Polyphase system

From Wikipedia, the free encyclopedia
Jump to: navigation, search
One voltage cycle of a three-phase system

A polyphase system is a means of distributing alternating-current electrical power. Polyphase systems have three or more energized electrical conductors carrying alternating currents with a definite time offset between the voltage waves in each conductor. Polyphase systems are particularly useful for transmitting power to electric motors. The most common example is the three-phase power system used for industrial applications and for power transmission. A major advantage of three phase power transmission (using three conductors, as opposed to a single phase power transmission, which uses two conductors), is that, since the remaining conductors act as the return path for any single conductor, the power transmitted by a balanced three phase system is three times that of a single phase transmission but only one extra conductor is used. Thus, a 50% / 1.5x increase in the transmission costs achieves a 200% / 3.0x increase in the power transmitted.


In the very early days of commercial electric power, some installations used two-phase four-wire systems for motors. The chief advantage of these was that the winding configuration was the same as for a single-phase capacitor-start motor and, by using a four-wire system, conceptually the phases were independent and easy to analyse with mathematical tools available at the time.

Two-phase systems can also be implemented using three wires (two "hot" plus a common neutral). However this introduces asymmetry; the voltage drop in the neutral makes the phases not exactly 90 degrees apart.

Two-phase systems have been replaced with three-phase systems. A two-phase supply with 90 degrees between phases can be derived from a three-phase system using a Scott-connected transformer.

A polyphase system must provide a defined direction of phase rotation, so mirror image voltages do not count towards the phase order. A 3-wire system with two phase conductors 180 degrees apart is still only single phase. Such systems are sometimes described as split-phase.


Three-phase system with rotating magnetic fields.

Polyphase power is particularly useful in AC motors, such as the induction motor, where it generates a rotating magnetic field. When a three-or-more-phase supply completes one full cycle, the magnetic field of a two-poles-per-phase motor has rotated through 360° in physical space; motors with more than two poles per phase require more power supply cycles to complete one physical revolution of the magnetic field and so these motors run slower. Induction motors using a rotating magnetic field were independently invented by Galileo Ferraris and Nikola Tesla and developed in a three-phase form by Mikhail Dolivo-Dobrovolsky in 1889.[1] Previously all commercial motors were DC, with expensive commutators, high-maintenance brushes and characteristics unsuitable for operation on an alternating current network. Polyphase motors are simple to construct, are self-starting and have little vibration compared with single-phase motors.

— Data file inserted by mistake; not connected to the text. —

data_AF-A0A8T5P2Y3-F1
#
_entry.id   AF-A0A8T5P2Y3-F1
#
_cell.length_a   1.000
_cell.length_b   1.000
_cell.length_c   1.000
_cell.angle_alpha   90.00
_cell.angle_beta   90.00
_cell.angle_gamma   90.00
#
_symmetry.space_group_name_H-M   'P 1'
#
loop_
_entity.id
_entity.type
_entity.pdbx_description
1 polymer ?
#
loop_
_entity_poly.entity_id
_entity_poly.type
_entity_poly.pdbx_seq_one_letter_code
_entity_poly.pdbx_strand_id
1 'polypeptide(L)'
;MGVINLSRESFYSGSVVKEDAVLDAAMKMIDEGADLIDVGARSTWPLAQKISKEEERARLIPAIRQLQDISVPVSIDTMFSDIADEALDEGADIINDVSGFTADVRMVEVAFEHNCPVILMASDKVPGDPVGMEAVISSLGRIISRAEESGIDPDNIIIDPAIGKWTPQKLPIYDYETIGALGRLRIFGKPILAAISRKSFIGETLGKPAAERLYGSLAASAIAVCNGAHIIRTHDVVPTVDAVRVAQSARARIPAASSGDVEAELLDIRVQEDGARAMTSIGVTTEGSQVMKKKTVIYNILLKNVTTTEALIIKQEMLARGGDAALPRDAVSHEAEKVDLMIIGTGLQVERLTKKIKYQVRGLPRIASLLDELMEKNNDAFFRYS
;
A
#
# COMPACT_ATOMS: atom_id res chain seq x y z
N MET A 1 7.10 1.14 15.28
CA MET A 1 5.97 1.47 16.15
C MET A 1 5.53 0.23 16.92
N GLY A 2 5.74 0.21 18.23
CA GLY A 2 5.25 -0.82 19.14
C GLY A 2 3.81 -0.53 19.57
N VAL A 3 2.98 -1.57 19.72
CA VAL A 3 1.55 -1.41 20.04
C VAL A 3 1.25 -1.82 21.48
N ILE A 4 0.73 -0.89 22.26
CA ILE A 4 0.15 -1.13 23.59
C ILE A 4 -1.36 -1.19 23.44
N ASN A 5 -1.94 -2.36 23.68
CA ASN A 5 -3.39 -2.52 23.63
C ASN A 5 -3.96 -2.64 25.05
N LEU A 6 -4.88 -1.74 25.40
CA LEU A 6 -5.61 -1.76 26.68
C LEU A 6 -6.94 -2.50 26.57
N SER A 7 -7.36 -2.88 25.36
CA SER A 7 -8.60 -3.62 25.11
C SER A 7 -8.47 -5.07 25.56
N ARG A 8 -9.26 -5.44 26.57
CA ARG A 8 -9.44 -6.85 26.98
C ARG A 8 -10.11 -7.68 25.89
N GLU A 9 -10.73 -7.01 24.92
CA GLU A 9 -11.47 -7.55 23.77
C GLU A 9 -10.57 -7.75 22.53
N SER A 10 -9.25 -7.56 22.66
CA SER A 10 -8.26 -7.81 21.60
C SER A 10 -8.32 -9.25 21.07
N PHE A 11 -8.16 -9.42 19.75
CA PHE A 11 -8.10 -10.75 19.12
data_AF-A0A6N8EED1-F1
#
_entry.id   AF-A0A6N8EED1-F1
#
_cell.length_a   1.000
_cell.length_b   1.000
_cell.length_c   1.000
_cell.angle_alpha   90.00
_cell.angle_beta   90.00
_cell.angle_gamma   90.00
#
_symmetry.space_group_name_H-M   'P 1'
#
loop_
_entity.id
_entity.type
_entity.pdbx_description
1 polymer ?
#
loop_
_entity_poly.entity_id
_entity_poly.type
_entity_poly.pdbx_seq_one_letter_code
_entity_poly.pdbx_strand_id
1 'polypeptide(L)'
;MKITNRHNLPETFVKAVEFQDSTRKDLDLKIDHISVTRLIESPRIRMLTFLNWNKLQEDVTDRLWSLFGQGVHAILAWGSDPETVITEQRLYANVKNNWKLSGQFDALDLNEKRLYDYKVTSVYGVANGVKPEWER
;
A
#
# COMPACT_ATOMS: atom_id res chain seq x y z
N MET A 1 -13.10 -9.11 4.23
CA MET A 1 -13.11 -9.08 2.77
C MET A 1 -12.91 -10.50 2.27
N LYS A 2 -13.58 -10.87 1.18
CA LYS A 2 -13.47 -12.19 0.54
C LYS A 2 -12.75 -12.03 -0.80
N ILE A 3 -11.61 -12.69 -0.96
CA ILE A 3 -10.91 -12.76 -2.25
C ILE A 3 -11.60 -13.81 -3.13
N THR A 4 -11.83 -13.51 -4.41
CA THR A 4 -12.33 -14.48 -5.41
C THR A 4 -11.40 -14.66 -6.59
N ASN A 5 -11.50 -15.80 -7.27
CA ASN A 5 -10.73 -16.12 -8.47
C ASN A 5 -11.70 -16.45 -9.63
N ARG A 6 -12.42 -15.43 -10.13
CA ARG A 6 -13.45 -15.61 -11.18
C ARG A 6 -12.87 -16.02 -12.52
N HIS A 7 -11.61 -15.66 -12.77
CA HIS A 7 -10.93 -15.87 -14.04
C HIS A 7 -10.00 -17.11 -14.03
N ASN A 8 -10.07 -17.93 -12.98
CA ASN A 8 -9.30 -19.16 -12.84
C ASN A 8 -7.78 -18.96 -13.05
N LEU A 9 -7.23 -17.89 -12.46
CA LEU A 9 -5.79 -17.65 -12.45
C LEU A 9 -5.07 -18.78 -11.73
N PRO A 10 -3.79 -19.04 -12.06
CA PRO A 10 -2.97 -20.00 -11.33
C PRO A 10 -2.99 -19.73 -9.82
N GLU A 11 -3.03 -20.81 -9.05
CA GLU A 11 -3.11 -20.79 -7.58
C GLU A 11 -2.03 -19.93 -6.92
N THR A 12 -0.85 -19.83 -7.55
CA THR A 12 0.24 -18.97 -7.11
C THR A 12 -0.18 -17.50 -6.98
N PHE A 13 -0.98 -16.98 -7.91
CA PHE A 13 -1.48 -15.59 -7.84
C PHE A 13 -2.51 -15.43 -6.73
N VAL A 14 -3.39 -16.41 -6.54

Higher phase order[edit]

Higher phase numbers than three have been used. A common practice for rectifier installations and in HVDC converters is to provide six phases, with 60 degree phase spacing, to reduce harmonic generation in the AC supply system and to provide smoother direct current. Experimental high-phase-order transmission lines have been built with up to 12 phases.[citation needed] These allow application of Extra High Voltage (EHV) design rules at lower voltages and would permit increased power transfer in the same transmission line corridor width.[citation needed]

WAPA[clarification needed] power distributed to some U.S. national labs is six-phase. Although for normal usage, it is divided into two three-phase banks, for the highest demand applications that need minimal rectified DC ripple, all six phases are used. This has also been used for timing; the six-phase 60 Hz based WAPA waveform was divided in analog to 12, 18, and 36 synched phases per second for national laboratory distribution.[citation needed] The BEVALAC particle accelerator used the WAPA-based six-phase timing in generating a once-every-six-second particle pulse. It accepted the 2-ms injector pulse, tunable to the microsecond, which proved to wander--because the WAPA frequency itself wandered--at the nanosecond level.[citation needed] [clarification needed]

See also[edit]


  1. ^ Ion Boldea, Syed Abu Nasar, The Induction Machine Handbook - CRC Press, 2002, page 2

Further reading[edit]